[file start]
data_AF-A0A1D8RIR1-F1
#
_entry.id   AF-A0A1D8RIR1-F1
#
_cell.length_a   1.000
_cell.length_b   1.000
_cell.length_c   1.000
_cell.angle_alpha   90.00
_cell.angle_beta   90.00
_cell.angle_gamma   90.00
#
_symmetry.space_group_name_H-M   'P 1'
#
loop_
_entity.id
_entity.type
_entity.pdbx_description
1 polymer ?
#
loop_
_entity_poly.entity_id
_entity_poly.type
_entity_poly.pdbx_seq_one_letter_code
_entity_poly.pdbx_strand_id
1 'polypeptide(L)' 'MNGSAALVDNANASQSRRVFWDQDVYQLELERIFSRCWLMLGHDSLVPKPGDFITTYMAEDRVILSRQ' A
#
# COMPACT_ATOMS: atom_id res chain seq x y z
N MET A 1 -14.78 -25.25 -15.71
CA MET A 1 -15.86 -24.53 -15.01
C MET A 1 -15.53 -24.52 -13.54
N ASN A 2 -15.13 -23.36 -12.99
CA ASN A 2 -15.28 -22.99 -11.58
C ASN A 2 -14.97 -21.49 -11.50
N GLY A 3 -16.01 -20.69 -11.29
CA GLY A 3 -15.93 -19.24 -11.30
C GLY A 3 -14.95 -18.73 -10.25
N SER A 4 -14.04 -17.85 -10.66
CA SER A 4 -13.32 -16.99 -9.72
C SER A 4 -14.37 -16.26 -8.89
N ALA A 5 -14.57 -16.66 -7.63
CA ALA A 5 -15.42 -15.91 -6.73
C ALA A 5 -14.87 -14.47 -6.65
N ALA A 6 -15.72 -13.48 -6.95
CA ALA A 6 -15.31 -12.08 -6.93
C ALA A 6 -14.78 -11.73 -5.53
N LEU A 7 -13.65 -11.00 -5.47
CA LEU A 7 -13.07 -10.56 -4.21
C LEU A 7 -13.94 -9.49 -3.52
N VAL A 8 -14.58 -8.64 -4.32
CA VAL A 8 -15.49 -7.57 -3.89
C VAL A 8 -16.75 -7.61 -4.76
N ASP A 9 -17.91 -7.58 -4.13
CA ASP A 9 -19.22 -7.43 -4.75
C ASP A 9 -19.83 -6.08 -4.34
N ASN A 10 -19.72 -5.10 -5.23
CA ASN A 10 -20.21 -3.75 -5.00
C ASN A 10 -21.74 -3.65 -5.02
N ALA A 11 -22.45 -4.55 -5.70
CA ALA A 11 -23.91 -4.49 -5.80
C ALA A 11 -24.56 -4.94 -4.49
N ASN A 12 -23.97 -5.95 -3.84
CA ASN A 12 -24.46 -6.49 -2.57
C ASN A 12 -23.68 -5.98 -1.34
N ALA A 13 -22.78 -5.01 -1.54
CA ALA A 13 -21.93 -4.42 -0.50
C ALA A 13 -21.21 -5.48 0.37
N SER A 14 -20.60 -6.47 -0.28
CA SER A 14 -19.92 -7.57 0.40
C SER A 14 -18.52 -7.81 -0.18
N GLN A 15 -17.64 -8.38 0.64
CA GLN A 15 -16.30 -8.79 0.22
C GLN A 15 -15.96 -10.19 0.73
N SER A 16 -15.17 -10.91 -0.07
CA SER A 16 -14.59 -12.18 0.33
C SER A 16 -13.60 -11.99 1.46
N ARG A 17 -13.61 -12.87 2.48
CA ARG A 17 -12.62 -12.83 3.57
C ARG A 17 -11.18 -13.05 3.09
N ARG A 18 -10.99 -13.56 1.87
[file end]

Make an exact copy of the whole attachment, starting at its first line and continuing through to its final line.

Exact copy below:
data_AF-A0A1D8RIR1-F1
#
_entry.id   AF-A0A1D8RIR1-F1
#
_cell.length_a   1.000
_cell.length_b   1.000
_cell.length_c   1.000
_cell.angle_alpha   90.00
_cell.angle_beta   90.00
_cell.angle_gamma   90.00
#
_symmetry.space_group_name_H-M   'P 1'
#
loop_
_entity.id
_entity.type
_entity.pdbx_description
1 polymer ?
#
loop_
_entity_poly.entity_id
_entity_poly.type
_entity_poly.pdbx_seq_one_letter_code
_entity_poly.pdbx_strand_id
1 'polypeptide(L)' 'MNGSAALVDNANASQSRRVFWDQDVYQLELERIFSRCWLMLGHDSLVPKPGDFITTYMAEDRVILSRQ' A
#
# COMPACT_ATOMS: atom_id res chain seq x y z
N MET A 1 -14.78 -25.25 -15.71
CA MET A 1 -15.86 -24.53 -15.01
C MET A 1 -15.53 -24.52 -13.54
N ASN A 2 -15.13 -23.36 -12.99
CA ASN A 2 -15.28 -22.99 -11.58
C ASN A 2 -14.97 -21.49 -11.50
N GLY A 3 -16.01 -20.69 -11.29
CA GLY A 3 -15.93 -19.24 -11.30
C GLY A 3 -14.95 -18.73 -10.25
N SER A 4 -14.04 -17.85 -10.66
CA SER A 4 -13.32 -16.99 -9.72
C SER A 4 -14.37 -16.26 -8.89
N ALA A 5 -14.57 -16.66 -7.63
CA ALA A 5 -15.42 -15.91 -6.73
C ALA A 5 -14.87 -14.47 -6.65
N ALA A 6 -15.72 -13.48 -6.95
CA ALA A 6 -15.31 -12.08 -6.93
C ALA A 6 -14.78 -11.73 -5.53
N LEU A 7 -13.65 -11.00 -5.47
CA LEU A 7 -13.07 -10.56 -4.21
C LEU A 7 -13.94 -9.49 -3.52
N VAL A 8 -14.58 -8.64 -4.32
CA VAL A 8 -15.49 -7.57 -3.89
C VAL A 8 -16.75 -7.61 -4.76
N ASP A 9 -17.91 -7.58 -4.13
CA ASP A 9 -19.22 -7.43 -4.75
C ASP A 9 -19.83 -6.08 -4.34
N ASN A 10 -19.72 -5.10 -5.23
CA ASN A 10 -20.21 -3.75 -5.00
C ASN A 10 -21.74 -3.65 -5.02
N ALA A 11 -22.45 -4.55 -5.70
CA ALA A 11 -23.91 -4.49 -5.80
C ALA A 11 -24.56 -4.94 -4.49
N ASN A 12 -23.97 -5.95 -3.84
CA ASN A 12 -24.46 -6.49 -2.57
C ASN A 12 -23.68 -5.98 -1.34
N ALA A 13 -22.78 -5.01 -1.54
CA ALA A 13 -21.93 -4.42 -0.50
C ALA A 13 -21.21 -5.48 0.37
N SER A 14 -20.60 -6.47 -0.28
CA SER A 14 -19.92 -7.57 0.40
C SER A 14 -18.52 -7.81 -0.18
N GLN A 15 -17.64 -8.38 0.64
CA GLN A 15 -16.30 -8.79 0.22
C GLN A 15 -15.96 -10.19 0.73
N SER A 16 -15.17 -10.91 -0.07
CA SER A 16 -14.59 -12.18 0.33
C SER A 16 -13.60 -11.99 1.46
N ARG A 17 -13.61 -12.87 2.48
CA ARG A 17 -12.62 -12.83 3.57
C ARG A 17 -11.18 -13.05 3.09
N ARG A 18 -10.99 -13.56 1.87